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Old 12-03-2008, 09:28 PM
 
Location: New York
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Why hasn't there ever been a society (at least that I know of) that came into existence as an atheistic society?

GSTroop, let me hear your eloquent reply. All others welcome.
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Old 12-03-2008, 10:09 PM
 
Location: Mississippi
6,715 posts, read 12,287,985 times
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Quote:
Originally Posted by Condemned View Post
Why hasn't there ever been a society (at least that I know of) that came into existence as an atheistic society?

GSTroop, let me hear your eloquent reply. All others welcome.
Like anything throughout world history, we can find tangible connections of how many different civilizations, societies, and other human gatherings more or less copied distinct characteristic things such as writing, inventions, artwork, etc...

I think it's necessary to point out that there is a wide amount of evidence to support that beliefs in deities, supernaturalism, and divine happenings took place well before man trasitioned from the typical hunter-gatherer to that of the more agricultural society. In a sense, it does make sense to look back on early man and realize that he would have tried to explain things to the best of his ability given what he had at the time. These explanation were probably existent even when man was almost eradicated tens of thousands of years ago and the population of humankind was at an all time low of 2,000 or 5,000 people.

Drought, famine, plague, war, terror, infant mortality rates, and low average life expectancies certainly had just as much an effect on hunter-gatherer man as it does on the modern day human being. The attachment to emotional ambivalence, the explanation of a better life after the one they were living, as well as the inability to perceive of death due to always having consciousness certainly played a factor into early man's foundation of religion and supernatural explanations. Most modern day religious people scoff just as quickly at these explanations as being invalid as we do to modern day religious excuses but the two are just as evolved from one another as the Wright Brother's first airplane was to Leonardo Da Vinci's drawings of an aeronautical device.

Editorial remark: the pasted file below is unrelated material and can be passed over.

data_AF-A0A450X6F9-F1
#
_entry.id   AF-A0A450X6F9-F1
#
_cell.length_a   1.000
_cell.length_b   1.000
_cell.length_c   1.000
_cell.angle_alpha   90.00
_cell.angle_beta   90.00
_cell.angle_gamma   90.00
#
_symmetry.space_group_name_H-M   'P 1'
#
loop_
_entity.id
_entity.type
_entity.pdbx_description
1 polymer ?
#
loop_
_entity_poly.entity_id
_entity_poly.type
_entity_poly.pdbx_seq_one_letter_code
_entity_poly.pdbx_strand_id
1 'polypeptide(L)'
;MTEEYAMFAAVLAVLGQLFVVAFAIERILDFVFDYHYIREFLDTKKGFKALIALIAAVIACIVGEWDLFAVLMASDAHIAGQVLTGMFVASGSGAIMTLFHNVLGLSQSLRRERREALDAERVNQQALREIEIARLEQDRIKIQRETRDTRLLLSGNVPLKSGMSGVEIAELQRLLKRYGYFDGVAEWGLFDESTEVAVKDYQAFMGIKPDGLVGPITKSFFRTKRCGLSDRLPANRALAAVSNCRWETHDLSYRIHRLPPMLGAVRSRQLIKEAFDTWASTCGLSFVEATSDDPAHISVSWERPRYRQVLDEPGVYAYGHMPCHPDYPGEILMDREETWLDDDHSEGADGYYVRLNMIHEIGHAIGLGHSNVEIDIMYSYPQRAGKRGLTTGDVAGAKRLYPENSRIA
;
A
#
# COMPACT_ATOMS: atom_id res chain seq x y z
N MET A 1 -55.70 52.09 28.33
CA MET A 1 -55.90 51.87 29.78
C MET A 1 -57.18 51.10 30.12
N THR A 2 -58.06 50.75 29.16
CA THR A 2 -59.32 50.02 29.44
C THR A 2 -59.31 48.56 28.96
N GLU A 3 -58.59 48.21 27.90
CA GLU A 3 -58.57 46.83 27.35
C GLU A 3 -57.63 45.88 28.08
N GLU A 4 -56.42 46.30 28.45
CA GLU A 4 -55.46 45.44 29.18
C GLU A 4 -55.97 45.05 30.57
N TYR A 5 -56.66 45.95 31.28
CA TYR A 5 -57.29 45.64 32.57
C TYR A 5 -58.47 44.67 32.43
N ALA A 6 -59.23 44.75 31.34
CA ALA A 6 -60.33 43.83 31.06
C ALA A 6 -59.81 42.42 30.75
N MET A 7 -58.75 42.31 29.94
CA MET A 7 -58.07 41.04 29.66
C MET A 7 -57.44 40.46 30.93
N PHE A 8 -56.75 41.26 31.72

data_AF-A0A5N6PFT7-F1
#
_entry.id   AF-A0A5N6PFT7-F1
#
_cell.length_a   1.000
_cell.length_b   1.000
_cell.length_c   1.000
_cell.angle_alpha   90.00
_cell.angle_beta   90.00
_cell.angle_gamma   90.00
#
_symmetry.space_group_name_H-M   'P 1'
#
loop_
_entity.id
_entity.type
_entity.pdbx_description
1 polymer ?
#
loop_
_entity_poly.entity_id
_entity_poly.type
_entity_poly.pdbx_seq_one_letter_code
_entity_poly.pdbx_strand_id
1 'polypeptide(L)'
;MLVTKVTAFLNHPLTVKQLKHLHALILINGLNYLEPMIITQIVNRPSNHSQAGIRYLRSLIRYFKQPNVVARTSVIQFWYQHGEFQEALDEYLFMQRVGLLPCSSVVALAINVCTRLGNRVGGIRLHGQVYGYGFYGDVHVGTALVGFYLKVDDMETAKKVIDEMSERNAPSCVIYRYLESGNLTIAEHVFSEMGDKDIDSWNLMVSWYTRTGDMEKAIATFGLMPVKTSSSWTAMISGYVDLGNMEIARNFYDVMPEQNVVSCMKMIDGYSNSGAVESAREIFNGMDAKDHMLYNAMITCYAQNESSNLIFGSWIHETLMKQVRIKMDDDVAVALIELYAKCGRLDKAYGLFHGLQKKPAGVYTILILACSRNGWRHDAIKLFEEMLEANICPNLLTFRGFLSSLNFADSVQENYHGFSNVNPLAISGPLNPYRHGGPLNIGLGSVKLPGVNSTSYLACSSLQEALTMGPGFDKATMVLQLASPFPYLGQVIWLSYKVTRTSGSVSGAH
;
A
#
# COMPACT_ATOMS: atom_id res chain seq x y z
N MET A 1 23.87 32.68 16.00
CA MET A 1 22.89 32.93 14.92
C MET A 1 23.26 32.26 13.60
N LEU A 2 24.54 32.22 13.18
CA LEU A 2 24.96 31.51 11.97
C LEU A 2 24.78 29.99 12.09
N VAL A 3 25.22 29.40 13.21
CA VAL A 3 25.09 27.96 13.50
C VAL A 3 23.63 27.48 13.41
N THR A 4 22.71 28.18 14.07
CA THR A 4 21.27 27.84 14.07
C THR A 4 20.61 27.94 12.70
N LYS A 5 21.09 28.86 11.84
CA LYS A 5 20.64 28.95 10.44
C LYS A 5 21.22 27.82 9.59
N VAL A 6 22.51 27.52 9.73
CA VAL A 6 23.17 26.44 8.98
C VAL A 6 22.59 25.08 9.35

What often starts as supernatural relevances, tribal lore and folktale often passes on from word of mouth down through centuries. Sometimes, as is the case in many aboriginal tribes, certain totems of worship such as animals, plants, and statues become iconic figures of worship without so much as an inkling in modern day history as to why people first began worshiping it.

Most of what transitioned early peoples from the hunter-gatherer lifestyle to that of a more civilized society was the introduction of agriculture and with the introduction of agriculture came a need to write things down and this transitioned very quickly to writing down ancient stories and myths passed down from generation after generation - even after the long ago reasoning and justification for it had expired in the hearts and minds of people. Thus, as agriculture bonded communities together, traditional tales of spiritual warfare as well as divine revelations became ingrained into early societies.

It should be no surprise to us that agriculture presumably only developed in three areas of the world and thus spread out from there - usually along the axis of the equatorial regions due to the firmament and arid soils often found there. Thus, in the Incan Empires of Peru, the Middle East, and China were the first foundations of agriculture developed as well as the first co-mingling of peoples. We can consider, for these purposes, that the Incan worship methods were probably semi-relevant and related to those of the Native American population but it's hard to say which came first.